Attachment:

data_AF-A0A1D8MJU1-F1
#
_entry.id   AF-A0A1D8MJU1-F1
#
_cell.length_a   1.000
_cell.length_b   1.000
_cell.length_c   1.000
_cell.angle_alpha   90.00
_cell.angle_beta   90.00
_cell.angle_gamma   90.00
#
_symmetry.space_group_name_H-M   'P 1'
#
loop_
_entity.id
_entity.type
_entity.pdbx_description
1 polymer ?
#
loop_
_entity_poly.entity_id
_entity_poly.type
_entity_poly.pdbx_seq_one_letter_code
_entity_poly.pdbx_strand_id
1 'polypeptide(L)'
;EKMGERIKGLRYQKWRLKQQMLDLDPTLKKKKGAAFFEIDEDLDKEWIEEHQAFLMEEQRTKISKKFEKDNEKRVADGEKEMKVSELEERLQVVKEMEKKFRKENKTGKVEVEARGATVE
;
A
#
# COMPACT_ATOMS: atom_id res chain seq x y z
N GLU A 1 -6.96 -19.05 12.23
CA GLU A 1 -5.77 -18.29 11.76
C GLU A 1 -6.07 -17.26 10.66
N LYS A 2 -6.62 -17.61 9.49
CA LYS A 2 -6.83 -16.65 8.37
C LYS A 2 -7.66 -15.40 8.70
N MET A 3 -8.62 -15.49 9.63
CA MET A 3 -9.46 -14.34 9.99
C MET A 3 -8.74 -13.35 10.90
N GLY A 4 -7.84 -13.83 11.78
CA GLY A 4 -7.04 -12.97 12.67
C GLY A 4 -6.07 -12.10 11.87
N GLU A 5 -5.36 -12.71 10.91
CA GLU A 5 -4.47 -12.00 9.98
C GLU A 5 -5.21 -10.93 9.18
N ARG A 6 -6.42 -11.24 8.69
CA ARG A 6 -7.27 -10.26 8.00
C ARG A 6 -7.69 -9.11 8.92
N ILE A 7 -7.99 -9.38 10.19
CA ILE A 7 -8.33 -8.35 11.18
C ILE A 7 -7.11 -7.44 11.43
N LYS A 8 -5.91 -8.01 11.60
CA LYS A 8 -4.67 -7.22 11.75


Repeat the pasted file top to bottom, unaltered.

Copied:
data_AF-A0A1D8MJU1-F1
#
_entry.id   AF-A0A1D8MJU1-F1
#
_cell.length_a   1.000
_cell.length_b   1.000
_cell.length_c   1.000
_cell.angle_alpha   90.00
_cell.angle_beta   90.00
_cell.angle_gamma   90.00
#
_symmetry.space_group_name_H-M   'P 1'
#
loop_
_entity.id
_entity.type
_entity.pdbx_description
1 polymer ?
#
loop_
_entity_poly.entity_id
_entity_poly.type
_entity_poly.pdbx_seq_one_letter_code
_entity_poly.pdbx_strand_id
1 'polypeptide(L)'
;EKMGERIKGLRYQKWRLKQQMLDLDPTLKKKKGAAFFEIDEDLDKEWIEEHQAFLMEEQRTKISKKFEKDNEKRVADGEKEMKVSELEERLQVVKEMEKKFRKENKTGKVEVEARGATVE
;
A
#
# COMPACT_ATOMS: atom_id res chain seq x y z
N GLU A 1 -6.96 -19.05 12.23
CA GLU A 1 -5.77 -18.29 11.76
C GLU A 1 -6.07 -17.26 10.66
N LYS A 2 -6.62 -17.61 9.49
CA LYS A 2 -6.83 -16.65 8.37
C LYS A 2 -7.66 -15.40 8.70
N MET A 3 -8.62 -15.49 9.63
CA MET A 3 -9.46 -14.34 9.99
C MET A 3 -8.74 -13.35 10.90
N GLY A 4 -7.84 -13.83 11.78
CA GLY A 4 -7.04 -12.97 12.67
C GLY A 4 -6.07 -12.10 11.87
N GLU A 5 -5.36 -12.71 10.91
CA GLU A 5 -4.47 -12.00 9.98
C GLU A 5 -5.21 -10.93 9.18
N ARG A 6 -6.42 -11.24 8.69
CA ARG A 6 -7.27 -10.26 8.00
C ARG A 6 -7.69 -9.11 8.92
N ILE A 7 -7.99 -9.38 10.19
CA ILE A 7 -8.33 -8.35 11.18
C ILE A 7 -7.11 -7.44 11.43
N LYS A 8 -5.91 -8.01 11.60
CA LYS A 8 -4.67 -7.22 11.75